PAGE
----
I'm the first to admit it; I know nothing about being a minority. I'm a white, privileged woman living in a white, privileged world. And I have a lot of white guilt about that. No matter what I do, I'll never know how it feels to be a minority. At least I'm a woman, so I know what it's like to be discriminated against, sexually harassed, marginalized and objectified to keep me grounded. Thank god for that!
If I have one complaint about where I live, it's that my neighborhood isn't ethnically diverse. It's white. It's so white, that if you mixed everyone in my community together, cumulatively we wouldn't even constitute off-white. Even in summer when everyone has a tan, it's still as white as newly fallen snow around these parts. I don't know exactly why that is, only that it is.
So, last Saturday after I went out to dinner with my husband downtown, we stumbled upon a bar with live music. And when we went inside, about half of the patrons were African American, as was the band playing that night. I felt guilty for even noticing. But, coming from my homogeneous world how could I not notice?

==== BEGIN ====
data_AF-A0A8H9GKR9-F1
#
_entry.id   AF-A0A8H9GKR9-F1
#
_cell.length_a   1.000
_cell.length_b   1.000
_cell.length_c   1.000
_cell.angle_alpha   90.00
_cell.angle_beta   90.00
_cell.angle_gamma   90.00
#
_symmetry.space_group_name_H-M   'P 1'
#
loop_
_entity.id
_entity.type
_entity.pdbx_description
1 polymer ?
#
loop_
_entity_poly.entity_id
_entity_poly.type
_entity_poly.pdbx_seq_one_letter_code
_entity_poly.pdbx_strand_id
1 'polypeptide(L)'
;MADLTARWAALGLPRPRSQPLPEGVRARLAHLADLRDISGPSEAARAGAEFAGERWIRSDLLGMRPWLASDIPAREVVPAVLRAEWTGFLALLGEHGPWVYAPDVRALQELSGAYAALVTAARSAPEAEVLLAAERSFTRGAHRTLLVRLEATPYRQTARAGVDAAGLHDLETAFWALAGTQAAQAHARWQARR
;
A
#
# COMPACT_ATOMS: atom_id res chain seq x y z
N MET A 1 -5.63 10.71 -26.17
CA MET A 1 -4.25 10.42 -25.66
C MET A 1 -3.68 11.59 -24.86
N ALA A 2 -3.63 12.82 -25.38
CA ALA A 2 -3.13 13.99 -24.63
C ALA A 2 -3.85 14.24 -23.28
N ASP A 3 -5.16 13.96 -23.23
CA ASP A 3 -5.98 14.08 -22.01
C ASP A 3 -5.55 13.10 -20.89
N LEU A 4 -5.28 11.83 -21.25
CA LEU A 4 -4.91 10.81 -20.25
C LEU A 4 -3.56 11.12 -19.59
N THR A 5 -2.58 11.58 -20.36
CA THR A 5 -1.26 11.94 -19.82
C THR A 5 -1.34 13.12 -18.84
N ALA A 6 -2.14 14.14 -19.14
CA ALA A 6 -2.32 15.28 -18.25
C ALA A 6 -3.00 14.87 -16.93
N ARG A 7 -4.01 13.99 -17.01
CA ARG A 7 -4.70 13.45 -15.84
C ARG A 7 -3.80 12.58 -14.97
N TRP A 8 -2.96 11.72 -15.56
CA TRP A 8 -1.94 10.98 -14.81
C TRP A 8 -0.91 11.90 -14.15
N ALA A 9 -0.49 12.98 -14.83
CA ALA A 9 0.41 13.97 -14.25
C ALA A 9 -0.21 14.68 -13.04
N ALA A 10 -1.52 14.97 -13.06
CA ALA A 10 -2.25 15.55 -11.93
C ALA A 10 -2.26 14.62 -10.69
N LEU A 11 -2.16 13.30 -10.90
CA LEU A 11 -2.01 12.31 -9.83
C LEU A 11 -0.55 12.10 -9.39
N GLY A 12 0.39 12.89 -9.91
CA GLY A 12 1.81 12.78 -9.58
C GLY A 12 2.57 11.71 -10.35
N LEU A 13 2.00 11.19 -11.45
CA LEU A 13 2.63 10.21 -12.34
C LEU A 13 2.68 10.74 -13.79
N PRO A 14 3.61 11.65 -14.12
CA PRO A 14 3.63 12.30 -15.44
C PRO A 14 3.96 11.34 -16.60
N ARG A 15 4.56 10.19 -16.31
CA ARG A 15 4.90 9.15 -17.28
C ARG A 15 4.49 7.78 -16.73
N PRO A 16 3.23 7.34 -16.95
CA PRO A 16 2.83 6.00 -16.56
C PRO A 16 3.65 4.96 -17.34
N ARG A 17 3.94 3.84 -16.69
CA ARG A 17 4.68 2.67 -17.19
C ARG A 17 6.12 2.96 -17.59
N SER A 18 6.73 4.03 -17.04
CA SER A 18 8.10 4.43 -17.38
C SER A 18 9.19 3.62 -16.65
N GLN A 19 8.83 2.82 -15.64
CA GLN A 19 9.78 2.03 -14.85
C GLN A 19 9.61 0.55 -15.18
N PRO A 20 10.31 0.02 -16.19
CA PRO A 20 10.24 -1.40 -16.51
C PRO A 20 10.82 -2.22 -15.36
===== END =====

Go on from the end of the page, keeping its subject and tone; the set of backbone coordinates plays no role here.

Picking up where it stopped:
And I started thinking about the one and only time I was in the minority, which was when we lived in Morocco. One of the reasons we left Colorado Springs for Africa, was to experience what it's like to be immersed in a completely different culture. Where we'd be the minority. Which we were for a couple of years. And people would stop and stare. Point and whisper.
But, no matter what we did, or where we traveled, we were still white and privileged with the entitlement of having American passports. Quite simply, even as foreigners, we wielded a huge advantage of power, without even trying. I came to the realization that there's no way for us to truly experience what it's like to be in the minority. Or the challenges that come with it.
All any of us can do it encourage, celebrate and protect diversity.